Cirrhotic Patients Have Worse Bowel Preparation at Screening Colonoscopy than Chronic Liver Disease Patients without Cirrhosis
Kidney Failure, Chronic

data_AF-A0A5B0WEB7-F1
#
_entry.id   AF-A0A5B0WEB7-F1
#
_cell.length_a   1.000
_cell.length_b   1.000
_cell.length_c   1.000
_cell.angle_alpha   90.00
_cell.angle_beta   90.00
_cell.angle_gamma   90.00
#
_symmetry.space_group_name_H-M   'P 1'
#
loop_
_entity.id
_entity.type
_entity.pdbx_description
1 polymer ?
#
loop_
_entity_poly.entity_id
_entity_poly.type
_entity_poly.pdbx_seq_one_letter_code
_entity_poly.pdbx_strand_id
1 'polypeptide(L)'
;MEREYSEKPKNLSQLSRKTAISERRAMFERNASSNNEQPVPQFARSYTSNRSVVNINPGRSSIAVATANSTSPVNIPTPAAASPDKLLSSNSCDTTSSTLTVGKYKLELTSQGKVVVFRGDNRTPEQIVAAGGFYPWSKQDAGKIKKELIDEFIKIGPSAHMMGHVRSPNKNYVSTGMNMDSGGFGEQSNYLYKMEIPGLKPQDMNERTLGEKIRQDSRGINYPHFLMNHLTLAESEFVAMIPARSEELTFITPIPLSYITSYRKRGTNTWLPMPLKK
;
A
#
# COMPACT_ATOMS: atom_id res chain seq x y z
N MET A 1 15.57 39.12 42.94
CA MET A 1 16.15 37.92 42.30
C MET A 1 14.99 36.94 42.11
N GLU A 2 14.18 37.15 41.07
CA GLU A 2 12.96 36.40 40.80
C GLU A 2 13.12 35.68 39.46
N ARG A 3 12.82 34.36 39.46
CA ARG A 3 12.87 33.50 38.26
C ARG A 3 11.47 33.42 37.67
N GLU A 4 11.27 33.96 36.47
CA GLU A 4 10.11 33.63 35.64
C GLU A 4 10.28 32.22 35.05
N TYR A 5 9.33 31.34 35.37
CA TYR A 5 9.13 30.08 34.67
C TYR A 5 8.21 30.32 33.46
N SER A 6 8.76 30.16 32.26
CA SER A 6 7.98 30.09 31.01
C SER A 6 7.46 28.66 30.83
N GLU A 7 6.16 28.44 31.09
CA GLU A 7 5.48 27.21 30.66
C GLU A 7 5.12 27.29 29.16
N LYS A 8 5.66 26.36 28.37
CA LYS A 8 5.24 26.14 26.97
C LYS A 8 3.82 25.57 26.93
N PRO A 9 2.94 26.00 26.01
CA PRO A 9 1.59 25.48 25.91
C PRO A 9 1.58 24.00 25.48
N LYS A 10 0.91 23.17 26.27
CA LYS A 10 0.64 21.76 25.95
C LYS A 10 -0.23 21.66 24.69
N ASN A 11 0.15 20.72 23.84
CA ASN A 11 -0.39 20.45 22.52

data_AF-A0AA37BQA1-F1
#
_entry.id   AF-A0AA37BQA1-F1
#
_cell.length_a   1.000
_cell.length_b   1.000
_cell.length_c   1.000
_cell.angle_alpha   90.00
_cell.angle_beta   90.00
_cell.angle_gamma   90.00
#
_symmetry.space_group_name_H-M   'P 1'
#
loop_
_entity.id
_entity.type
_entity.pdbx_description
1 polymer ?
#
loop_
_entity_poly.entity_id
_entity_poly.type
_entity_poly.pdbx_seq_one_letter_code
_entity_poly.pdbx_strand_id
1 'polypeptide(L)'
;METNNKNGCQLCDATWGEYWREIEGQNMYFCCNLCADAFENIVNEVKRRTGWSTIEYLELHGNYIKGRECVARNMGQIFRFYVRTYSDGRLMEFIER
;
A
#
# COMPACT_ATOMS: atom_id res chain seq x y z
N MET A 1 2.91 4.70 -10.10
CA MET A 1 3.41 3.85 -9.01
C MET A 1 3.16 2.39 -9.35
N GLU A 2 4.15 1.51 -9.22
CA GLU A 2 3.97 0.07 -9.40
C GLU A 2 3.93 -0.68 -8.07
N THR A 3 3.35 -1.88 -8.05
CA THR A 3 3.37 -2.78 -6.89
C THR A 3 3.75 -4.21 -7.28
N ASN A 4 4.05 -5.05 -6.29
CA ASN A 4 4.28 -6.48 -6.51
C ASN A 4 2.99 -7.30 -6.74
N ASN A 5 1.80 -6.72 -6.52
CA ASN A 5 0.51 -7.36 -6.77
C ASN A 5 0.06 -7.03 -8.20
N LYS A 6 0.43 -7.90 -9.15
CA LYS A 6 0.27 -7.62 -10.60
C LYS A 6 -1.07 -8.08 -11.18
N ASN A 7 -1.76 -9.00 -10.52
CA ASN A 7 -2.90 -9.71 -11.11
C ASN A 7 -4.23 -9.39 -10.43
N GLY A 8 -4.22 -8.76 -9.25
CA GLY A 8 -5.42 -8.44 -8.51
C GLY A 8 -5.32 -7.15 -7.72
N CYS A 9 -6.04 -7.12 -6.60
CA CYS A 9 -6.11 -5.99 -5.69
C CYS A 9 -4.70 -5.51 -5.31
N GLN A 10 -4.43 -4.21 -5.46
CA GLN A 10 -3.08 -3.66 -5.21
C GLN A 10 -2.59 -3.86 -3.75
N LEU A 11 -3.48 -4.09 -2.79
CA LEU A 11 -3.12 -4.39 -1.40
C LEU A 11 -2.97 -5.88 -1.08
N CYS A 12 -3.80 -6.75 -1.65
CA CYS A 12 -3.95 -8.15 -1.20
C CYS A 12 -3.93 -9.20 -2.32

© 2016 INASL.Background: Cirrhosis has been shown in small studies to be a predictor of suboptimal bowel preparation at screening colonoscopy. It has yet to be established whether patients with chronic liver disease in the absence of cirrhosis experience equally poor colon cleansing. Intestinal dysmotility related to cirrhosis might impair bowel preparation in this population more than those with chronic liver disease without cirrhosis. Objective: This study compared the quality of bowel preparation in cirrhotic and non-cirrhotic patients with chronic liver disease and determined whether this influenced polyp detection rate. Methods: A retrospective study of patients with chronic liver disease, both cirrhotic and non-cirrhotic, who underwent screening colonoscopy was performed. Patient characteristics, concomitant medication use, adequacy of bowel preparation, and the total number and types of polyps found were compared between cirrhotic and non-cirrhotic groups. Results: 330 patients fulfilled inclusion criteria; 36% (n=120) were cirrhotic. Cirrhotic patients had significantly worse bowel preparation scores compared with non-cirrhotics (mean 3.4. ±. 1.1 vs. 3.7. ±. 0.9, . P=0.003). Worse bowel preparation scores in cirrhotics vs. non-cirrhotics persisted despite controlling for age, sex, and concomitant diabetes mellitus (DM) (P=0.0027). Among the cirrhotics, 48% had the lowest preparation scores compared with 30% of non-cirrhotics. No difference in polyp detection rate was found between cirrhotics and non-cirrhotics. Severity of cirrhosis as assessed by the MELD score did not predict worse bowel preparation. Conclusions: Cirrhotics have significantly worse bowel preparation scores compared to non-cirrhotics with chronic liver disease. No correlation between MELD score and bowel preparation score was observed in the cirrhotic cohort.
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